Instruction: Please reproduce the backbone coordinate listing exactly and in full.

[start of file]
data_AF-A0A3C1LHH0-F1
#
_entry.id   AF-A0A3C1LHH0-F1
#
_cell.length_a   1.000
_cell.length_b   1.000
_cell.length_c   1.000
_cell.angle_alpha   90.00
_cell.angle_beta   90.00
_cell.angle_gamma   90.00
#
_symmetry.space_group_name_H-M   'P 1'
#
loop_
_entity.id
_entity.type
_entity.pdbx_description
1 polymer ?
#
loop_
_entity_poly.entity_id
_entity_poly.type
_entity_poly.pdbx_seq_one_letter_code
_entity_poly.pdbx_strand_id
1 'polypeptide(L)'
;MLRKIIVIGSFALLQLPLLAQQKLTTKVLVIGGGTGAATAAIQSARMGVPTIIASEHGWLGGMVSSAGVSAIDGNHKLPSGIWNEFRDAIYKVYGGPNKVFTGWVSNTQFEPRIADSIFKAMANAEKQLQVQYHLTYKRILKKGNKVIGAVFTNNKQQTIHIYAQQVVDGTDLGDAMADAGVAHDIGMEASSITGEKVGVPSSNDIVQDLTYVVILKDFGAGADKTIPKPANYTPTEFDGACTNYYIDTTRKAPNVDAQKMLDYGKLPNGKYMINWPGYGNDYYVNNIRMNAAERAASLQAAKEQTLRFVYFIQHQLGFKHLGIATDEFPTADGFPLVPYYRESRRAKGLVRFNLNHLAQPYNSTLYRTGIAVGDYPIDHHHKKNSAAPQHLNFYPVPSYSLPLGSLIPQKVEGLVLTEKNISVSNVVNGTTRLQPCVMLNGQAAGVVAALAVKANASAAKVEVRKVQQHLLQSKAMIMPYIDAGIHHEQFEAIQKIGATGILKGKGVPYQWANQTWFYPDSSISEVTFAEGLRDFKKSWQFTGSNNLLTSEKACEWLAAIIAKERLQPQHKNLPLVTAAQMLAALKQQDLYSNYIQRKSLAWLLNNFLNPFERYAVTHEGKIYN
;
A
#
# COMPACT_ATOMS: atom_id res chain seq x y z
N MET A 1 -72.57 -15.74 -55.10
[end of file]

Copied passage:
data_AF-A0A3C1LHH0-F1
#
_entry.id   AF-A0A3C1LHH0-F1
#
_cell.length_a   1.000
_cell.length_b   1.000
_cell.length_c   1.000
_cell.angle_alpha   90.00
_cell.angle_beta   90.00
_cell.angle_gamma   90.00
#
_symmetry.space_group_name_H-M   'P 1'
#
loop_
_entity.id
_entity.type
_entity.pdbx_description
1 polymer ?
#
loop_
_entity_poly.entity_id
_entity_poly.type
_entity_poly.pdbx_seq_one_letter_code
_entity_poly.pdbx_strand_id
1 'polypeptide(L)'
;MLRKIIVIGSFALLQLPLLAQQKLTTKVLVIGGGTGAATAAIQSARMGVPTIIASEHGWLGGMVSSAGVSAIDGNHKLPSGIWNEFRDAIYKVYGGPNKVFTGWVSNTQFEPRIADSIFKAMANAEKQLQVQYHLTYKRILKKGNKVIGAVFTNNKQQTIHIYAQQVVDGTDLGDAMADAGVAHDIGMEASSITGEKVGVPSSNDIVQDLTYVVILKDFGAGADKTIPKPANYTPTEFDGACTNYYIDTTRKAPNVDAQKMLDYGKLPNGKYMINWPGYGNDYYVNNIRMNAAERAASLQAAKEQTLRFVYFIQHQLGFKHLGIATDEFPTADGFPLVPYYRESRRAKGLVRFNLNHLAQPYNSTLYRTGIAVGDYPIDHHHKKNSAAPQHLNFYPVPSYSLPLGSLIPQKVEGLVLTEKNISVSNVVNGTTRLQPCVMLNGQAAGVVAALAVKANASAAKVEVRKVQQHLLQSKAMIMPYIDAGIHHEQFEAIQKIGATGILKGKGVPYQWANQTWFYPDSSISEVTFAEGLRDFKKSWQFTGSNNLLTSEKACEWLAAIIAKERLQPQHKNLPLVTAAQMLAALKQQDLYSNYIQRKSLAWLLNNFLNPFERYAVTHEGKIYN
;
A
#
# COMPACT_ATOMS: atom_id res chain seq x y z
N MET A 1 -72.57 -15.74 -55.10